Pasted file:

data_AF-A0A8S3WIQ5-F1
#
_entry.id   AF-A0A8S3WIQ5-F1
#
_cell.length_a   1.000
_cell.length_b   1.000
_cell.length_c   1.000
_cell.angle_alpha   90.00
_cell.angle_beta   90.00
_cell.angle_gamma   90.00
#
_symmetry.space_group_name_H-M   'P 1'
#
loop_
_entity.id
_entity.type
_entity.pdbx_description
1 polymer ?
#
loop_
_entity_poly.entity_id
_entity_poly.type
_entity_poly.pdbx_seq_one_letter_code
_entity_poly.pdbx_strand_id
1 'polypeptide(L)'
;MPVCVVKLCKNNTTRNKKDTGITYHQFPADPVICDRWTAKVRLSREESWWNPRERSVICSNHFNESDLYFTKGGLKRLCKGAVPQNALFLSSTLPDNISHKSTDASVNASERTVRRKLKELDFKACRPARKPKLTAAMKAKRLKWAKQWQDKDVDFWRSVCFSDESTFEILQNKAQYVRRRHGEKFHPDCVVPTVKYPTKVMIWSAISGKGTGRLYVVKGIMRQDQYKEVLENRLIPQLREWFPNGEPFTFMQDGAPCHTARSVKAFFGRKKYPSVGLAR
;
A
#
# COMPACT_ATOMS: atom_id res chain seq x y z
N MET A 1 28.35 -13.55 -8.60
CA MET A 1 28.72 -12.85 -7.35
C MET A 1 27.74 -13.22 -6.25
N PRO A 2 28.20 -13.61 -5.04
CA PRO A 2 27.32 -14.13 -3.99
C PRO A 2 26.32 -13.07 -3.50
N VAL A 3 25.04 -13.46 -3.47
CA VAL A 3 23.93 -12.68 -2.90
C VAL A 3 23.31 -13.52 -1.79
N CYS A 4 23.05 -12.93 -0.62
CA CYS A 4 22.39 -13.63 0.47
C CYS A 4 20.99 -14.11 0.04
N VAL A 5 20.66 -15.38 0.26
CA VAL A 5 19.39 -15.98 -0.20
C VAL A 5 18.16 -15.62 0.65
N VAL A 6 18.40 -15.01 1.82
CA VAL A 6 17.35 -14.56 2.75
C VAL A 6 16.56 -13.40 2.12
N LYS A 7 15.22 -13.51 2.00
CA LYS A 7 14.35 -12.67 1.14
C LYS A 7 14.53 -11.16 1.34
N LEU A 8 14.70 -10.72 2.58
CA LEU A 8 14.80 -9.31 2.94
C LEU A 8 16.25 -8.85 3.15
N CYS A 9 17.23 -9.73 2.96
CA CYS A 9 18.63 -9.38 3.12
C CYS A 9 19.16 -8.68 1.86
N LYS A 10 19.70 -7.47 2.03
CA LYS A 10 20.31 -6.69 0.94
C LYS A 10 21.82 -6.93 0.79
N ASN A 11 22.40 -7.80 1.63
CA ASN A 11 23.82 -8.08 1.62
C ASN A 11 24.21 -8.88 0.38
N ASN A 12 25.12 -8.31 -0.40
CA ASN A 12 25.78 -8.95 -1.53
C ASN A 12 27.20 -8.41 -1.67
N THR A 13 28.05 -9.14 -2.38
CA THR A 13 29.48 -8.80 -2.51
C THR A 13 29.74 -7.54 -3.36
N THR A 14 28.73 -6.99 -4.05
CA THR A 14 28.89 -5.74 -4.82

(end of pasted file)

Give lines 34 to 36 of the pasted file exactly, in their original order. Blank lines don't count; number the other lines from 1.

N PRO A 2 28.20 -13.61 -5.04
CA PRO A 2 27.32 -14.13 -3.99
C PRO A 2 26.32 -13.07 -3.50